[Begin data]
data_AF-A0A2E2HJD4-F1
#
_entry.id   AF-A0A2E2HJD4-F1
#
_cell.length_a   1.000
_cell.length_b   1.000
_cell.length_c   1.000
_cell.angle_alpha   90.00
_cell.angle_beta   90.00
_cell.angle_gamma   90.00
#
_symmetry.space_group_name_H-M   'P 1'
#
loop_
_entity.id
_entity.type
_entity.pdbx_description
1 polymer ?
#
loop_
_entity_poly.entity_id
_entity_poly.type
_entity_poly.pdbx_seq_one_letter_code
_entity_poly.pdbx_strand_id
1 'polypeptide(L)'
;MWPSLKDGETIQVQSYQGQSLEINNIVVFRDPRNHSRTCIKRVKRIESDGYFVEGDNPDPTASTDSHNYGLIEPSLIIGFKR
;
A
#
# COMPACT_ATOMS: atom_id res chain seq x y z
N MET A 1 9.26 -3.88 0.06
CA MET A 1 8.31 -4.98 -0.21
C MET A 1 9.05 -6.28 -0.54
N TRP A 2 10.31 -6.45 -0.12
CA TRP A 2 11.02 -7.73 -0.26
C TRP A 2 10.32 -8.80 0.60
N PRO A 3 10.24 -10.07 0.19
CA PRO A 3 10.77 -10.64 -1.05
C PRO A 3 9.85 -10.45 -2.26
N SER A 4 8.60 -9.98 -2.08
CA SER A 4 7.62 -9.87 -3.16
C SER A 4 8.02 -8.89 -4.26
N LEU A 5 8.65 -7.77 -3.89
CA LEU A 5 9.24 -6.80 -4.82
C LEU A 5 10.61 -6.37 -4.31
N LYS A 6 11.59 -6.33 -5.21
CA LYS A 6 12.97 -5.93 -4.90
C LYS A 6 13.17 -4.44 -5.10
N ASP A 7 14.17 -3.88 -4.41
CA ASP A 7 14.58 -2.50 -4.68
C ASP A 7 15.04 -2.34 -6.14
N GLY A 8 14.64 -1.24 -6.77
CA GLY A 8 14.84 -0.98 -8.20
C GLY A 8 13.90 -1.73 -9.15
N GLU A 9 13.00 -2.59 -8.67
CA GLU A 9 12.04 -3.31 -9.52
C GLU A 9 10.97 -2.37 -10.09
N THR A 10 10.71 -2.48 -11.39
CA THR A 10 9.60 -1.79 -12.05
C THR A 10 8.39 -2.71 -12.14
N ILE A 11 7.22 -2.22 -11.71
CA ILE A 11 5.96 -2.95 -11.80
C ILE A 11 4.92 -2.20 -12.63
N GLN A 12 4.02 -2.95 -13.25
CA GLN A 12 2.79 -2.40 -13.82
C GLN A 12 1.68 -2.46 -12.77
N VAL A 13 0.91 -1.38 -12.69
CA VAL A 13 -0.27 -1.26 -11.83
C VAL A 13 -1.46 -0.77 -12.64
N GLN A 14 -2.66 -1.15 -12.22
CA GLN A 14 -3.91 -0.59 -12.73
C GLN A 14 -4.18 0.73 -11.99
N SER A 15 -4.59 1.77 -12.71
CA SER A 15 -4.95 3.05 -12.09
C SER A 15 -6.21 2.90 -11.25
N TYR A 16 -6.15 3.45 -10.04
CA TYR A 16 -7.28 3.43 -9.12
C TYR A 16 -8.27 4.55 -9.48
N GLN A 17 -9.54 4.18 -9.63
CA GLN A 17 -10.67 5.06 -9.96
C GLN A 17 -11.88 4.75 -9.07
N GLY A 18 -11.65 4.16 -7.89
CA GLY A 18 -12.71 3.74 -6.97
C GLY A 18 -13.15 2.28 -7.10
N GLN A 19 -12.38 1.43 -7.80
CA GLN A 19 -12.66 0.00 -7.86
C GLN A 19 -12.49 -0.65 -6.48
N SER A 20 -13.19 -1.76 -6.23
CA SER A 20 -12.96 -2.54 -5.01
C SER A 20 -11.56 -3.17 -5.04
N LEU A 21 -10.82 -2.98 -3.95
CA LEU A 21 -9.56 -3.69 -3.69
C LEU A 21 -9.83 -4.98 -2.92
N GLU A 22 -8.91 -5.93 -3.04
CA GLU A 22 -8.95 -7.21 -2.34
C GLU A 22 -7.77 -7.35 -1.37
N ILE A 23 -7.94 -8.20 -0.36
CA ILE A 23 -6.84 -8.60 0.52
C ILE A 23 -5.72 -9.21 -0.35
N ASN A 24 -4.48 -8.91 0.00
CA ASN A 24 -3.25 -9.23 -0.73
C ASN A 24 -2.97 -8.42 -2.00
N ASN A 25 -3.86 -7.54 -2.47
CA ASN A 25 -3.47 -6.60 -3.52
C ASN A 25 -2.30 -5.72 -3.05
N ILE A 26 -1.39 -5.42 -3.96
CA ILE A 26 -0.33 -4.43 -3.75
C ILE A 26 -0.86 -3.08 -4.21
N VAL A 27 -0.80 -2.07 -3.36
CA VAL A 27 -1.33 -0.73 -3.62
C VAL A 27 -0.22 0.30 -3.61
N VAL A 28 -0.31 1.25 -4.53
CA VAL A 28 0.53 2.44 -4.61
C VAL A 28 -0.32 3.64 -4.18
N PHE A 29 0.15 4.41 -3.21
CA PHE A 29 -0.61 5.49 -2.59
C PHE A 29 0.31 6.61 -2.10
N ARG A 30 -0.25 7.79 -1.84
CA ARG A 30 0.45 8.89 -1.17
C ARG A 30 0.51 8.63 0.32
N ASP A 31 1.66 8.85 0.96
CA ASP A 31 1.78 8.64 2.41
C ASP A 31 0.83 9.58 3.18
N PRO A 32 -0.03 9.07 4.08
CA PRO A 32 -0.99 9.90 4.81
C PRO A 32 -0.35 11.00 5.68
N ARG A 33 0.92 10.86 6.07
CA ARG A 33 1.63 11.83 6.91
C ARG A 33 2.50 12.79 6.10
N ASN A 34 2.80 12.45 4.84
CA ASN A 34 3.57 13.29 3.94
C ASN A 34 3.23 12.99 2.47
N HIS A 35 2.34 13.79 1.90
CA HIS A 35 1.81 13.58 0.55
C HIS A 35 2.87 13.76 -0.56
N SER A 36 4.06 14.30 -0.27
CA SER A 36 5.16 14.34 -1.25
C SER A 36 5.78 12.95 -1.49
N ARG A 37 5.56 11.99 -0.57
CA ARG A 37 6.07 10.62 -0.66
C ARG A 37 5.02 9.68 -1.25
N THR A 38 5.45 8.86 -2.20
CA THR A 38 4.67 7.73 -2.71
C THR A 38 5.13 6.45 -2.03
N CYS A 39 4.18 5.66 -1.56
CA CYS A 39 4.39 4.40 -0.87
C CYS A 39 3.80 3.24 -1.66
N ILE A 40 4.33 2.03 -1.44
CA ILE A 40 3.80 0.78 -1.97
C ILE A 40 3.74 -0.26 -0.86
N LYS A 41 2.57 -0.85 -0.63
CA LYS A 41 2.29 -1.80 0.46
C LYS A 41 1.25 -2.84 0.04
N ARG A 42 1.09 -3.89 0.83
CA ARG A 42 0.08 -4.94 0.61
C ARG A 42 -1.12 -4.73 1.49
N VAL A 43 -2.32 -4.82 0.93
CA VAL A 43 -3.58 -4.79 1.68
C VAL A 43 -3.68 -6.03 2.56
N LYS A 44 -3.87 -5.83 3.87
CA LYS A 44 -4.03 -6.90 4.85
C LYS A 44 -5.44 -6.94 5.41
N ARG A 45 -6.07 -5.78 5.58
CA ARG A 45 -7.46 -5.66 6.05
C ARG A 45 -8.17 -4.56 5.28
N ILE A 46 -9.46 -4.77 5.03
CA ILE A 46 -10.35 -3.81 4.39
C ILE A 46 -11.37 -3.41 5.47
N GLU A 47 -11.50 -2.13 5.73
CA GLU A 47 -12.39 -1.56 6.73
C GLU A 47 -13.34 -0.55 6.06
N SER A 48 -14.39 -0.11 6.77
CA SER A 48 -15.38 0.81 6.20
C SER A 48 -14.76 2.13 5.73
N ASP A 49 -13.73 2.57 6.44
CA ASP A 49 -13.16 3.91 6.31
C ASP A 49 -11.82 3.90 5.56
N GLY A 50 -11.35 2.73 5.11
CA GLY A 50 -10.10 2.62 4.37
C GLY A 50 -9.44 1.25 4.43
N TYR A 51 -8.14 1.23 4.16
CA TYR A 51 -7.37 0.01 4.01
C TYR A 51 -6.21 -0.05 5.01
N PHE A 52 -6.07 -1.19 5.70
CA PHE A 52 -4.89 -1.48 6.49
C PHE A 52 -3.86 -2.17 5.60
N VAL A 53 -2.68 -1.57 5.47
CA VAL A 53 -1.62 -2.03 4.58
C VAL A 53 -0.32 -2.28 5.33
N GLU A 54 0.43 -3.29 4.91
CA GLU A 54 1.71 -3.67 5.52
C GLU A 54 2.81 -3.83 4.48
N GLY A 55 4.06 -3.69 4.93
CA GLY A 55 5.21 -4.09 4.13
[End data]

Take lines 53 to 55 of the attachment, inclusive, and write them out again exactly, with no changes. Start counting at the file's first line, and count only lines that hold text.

CA GLY A 8 14.84 -0.98 -8.20
C GLY A 8 13.90 -1.73 -9.15
N GLU A 9 13.00 -2.59 -8.67